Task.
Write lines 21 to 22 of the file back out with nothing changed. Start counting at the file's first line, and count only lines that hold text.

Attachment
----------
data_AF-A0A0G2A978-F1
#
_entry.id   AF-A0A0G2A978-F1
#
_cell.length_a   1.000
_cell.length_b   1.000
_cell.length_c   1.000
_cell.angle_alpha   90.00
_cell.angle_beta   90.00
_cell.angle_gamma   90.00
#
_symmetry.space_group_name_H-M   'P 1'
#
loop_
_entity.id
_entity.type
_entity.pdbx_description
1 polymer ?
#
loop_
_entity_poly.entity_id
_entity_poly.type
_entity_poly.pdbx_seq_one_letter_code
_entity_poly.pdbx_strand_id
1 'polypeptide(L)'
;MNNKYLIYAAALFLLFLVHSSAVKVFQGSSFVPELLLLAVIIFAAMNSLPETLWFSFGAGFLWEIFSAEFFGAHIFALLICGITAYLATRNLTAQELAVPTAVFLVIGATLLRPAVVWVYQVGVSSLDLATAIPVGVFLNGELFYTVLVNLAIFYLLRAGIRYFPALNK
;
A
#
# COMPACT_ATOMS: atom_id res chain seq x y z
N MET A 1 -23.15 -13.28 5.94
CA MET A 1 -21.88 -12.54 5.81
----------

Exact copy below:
_entity_poly.entity_id
_entity_poly.type